Christian Wright from the Condé Nast Traveler contacted us a few months ago as she was writing an article pertaining to gems being purchased during a trip abroad.
Many tourists who visit Tanzania plan to leave the country with a tanzanite or two. Unfortunately there are many frauds; from people buying badly cut stones, highly included gems to synthetic forsterite, glass or even plastic.
Based on our experience, Eric, from Swala Gem Traders, was quoted saying the following:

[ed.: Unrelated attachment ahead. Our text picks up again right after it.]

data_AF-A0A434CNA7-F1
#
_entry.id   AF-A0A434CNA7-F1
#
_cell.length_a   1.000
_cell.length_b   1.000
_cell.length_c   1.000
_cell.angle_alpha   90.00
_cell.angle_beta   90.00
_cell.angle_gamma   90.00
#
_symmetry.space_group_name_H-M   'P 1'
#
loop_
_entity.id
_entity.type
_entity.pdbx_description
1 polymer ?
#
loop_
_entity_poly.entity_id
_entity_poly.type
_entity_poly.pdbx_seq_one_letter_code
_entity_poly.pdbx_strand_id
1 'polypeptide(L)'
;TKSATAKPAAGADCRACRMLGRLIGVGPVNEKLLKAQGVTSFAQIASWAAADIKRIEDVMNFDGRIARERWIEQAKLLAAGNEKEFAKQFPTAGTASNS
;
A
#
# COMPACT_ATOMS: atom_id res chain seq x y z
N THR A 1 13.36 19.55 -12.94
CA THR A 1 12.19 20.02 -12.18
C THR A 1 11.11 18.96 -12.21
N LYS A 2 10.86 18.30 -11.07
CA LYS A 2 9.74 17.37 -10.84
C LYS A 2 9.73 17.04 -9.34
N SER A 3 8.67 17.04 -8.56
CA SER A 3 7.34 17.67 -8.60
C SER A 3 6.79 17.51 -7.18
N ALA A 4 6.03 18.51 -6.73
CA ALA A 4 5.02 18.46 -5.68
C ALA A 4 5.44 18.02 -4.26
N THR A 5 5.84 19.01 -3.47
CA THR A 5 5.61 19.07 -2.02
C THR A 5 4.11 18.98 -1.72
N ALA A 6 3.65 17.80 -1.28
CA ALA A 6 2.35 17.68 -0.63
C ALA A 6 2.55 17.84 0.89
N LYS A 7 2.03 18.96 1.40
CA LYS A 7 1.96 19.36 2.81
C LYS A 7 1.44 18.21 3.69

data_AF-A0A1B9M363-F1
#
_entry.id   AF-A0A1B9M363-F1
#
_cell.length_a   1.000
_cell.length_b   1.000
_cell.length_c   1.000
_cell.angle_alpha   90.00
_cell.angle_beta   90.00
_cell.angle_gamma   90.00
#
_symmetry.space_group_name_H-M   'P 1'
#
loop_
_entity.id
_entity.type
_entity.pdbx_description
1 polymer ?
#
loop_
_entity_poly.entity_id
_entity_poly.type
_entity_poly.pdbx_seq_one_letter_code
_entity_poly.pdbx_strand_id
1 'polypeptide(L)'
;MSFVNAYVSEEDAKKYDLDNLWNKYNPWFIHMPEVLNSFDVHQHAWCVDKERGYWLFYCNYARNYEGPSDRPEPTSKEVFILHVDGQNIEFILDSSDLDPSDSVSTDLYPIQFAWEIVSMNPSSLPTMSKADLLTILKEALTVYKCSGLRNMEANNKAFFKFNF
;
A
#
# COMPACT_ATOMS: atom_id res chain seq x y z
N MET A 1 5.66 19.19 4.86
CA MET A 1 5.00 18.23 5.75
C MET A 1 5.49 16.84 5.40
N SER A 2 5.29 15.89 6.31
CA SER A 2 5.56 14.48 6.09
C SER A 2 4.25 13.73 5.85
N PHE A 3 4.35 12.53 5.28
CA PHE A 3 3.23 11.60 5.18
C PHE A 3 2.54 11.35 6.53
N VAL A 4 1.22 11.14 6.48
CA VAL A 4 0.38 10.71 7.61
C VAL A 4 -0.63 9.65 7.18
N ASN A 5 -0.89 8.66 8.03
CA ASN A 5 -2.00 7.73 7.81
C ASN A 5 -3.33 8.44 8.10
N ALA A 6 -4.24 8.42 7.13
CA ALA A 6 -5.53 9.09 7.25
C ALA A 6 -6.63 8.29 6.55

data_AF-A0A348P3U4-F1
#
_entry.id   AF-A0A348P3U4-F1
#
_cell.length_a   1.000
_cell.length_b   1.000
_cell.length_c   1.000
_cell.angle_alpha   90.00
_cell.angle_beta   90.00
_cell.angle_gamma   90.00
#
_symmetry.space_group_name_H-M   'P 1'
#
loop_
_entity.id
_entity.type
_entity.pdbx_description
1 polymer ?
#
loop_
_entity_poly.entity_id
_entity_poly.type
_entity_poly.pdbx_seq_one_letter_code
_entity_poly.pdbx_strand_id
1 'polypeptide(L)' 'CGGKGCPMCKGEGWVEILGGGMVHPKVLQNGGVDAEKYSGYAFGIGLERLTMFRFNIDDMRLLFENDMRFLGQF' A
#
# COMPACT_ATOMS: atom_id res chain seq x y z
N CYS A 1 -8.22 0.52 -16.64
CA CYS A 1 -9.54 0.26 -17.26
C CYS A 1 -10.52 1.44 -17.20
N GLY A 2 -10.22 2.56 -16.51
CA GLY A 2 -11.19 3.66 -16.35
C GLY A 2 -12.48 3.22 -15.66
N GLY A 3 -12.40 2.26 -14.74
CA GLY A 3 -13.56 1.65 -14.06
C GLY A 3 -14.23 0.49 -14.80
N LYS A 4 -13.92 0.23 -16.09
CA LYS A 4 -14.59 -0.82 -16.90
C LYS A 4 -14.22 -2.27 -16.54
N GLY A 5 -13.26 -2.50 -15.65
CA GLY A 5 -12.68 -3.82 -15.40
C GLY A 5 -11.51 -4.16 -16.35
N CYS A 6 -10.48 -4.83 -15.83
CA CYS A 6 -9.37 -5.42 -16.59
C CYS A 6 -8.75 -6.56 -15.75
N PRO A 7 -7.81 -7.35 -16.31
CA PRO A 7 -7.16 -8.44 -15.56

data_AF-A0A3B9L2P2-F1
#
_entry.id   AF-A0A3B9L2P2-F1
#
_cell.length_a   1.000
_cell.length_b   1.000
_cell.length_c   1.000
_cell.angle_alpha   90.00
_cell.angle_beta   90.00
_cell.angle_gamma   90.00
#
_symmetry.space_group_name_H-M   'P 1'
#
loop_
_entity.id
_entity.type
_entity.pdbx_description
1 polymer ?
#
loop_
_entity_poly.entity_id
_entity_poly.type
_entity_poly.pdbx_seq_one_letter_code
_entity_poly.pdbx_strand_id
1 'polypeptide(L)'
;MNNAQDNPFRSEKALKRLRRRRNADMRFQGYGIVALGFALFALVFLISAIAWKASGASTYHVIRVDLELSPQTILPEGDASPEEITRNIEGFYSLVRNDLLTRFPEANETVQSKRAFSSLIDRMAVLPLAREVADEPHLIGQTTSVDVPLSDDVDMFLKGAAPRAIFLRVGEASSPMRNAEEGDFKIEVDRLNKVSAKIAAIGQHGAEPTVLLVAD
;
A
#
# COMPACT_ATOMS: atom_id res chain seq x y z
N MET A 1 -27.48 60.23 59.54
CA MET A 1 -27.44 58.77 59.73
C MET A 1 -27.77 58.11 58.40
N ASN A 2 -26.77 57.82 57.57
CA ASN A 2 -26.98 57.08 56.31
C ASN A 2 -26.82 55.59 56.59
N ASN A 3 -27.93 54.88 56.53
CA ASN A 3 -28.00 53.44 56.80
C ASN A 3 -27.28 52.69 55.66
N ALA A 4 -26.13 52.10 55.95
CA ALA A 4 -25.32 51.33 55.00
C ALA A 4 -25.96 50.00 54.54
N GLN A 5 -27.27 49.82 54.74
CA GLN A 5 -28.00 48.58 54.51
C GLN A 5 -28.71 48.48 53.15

“Unlike the diamond industry, which is tightly regulated and sets uniform prices for grades of stones (see “From the Mine to Your Finger”), the colored gemstone business can seem like a free-for-all. There is no standard grading system for color, cut, and clarity, so pricing can be arbitrary and fraud is common when you’re not purchasing from established dealers. “It’s very easy for someone on the street to sell a piece of glass for $500 to a tourist who thinks it’s a fantastic deal,” says Eric Saul, of Swala Gem Traders in Tanzania, whose father introduced tanzanite to Tiffany & Co. in the 1960s. “Nobody’s going to buy a $200,000 Chevrolet, but they’ll pay a lot of money for a piece of glass if they don’t know any better.”